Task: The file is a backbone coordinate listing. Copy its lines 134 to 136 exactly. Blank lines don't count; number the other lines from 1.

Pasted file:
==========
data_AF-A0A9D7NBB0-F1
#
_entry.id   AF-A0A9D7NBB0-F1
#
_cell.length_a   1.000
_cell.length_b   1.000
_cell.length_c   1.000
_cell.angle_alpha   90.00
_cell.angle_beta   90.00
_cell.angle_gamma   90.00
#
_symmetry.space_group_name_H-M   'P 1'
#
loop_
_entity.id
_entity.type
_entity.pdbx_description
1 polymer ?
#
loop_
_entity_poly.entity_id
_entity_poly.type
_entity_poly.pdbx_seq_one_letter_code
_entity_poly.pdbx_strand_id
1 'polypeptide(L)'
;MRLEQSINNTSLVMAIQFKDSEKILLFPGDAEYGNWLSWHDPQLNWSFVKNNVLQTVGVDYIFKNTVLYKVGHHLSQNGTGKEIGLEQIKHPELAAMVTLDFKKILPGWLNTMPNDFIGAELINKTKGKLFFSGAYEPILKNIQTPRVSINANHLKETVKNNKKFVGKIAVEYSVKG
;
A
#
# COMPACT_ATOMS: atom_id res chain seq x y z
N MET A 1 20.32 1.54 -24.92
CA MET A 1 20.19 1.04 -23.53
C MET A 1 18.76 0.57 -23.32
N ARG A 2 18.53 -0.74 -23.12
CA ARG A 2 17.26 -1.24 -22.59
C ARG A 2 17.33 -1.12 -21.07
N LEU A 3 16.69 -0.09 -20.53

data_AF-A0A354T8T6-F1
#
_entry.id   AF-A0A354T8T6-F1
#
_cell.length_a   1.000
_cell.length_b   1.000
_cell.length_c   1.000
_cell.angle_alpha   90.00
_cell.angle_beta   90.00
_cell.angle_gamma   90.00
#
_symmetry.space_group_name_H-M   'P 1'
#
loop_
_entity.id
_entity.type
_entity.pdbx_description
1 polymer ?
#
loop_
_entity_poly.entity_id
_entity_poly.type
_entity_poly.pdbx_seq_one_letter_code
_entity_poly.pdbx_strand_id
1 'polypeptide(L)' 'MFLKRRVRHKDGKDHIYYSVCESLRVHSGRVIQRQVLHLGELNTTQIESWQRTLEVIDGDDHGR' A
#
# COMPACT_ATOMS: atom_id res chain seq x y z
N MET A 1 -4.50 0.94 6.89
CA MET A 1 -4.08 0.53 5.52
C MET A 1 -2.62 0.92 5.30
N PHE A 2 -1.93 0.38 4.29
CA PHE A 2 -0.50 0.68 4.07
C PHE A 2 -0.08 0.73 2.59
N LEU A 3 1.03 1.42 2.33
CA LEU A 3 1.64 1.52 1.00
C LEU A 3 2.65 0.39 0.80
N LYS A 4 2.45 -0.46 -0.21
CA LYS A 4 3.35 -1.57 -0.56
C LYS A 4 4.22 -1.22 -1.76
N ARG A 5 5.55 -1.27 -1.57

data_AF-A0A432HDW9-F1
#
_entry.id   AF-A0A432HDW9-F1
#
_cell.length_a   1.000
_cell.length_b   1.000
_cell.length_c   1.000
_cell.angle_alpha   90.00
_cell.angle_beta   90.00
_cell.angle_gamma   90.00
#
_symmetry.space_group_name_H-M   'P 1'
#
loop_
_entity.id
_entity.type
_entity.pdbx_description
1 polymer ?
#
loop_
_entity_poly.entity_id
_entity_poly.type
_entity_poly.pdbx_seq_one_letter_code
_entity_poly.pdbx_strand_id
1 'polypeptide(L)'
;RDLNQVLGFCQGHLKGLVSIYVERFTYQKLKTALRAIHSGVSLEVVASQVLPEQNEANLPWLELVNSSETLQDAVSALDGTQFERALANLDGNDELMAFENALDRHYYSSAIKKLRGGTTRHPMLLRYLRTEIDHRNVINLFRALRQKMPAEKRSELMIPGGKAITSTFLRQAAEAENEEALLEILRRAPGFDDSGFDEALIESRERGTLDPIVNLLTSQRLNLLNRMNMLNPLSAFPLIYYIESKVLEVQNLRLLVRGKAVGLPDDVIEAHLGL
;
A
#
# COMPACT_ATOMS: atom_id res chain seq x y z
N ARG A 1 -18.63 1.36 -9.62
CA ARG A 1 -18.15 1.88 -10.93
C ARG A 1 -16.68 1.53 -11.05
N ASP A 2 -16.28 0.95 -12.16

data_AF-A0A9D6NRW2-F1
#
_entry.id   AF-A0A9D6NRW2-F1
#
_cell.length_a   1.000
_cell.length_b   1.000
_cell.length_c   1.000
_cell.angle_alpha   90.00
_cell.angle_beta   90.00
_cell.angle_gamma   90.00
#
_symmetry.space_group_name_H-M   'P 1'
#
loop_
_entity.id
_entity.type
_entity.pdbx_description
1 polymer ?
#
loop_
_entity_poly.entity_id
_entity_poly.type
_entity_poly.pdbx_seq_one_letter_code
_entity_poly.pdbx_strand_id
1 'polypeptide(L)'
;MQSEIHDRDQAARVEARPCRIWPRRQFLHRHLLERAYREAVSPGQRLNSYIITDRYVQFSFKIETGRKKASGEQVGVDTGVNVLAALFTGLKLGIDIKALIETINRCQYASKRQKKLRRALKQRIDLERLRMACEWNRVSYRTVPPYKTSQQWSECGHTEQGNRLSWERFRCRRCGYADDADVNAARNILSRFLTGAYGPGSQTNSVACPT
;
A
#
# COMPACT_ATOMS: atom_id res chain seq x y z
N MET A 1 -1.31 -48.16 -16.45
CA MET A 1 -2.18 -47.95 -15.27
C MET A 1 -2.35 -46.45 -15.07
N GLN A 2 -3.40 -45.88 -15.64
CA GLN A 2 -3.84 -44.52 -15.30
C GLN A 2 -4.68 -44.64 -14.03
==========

_entity_poly.pdbx_seq_one_letter_code
_entity_poly.pdbx_strand_id
1 'polypeptide(L)'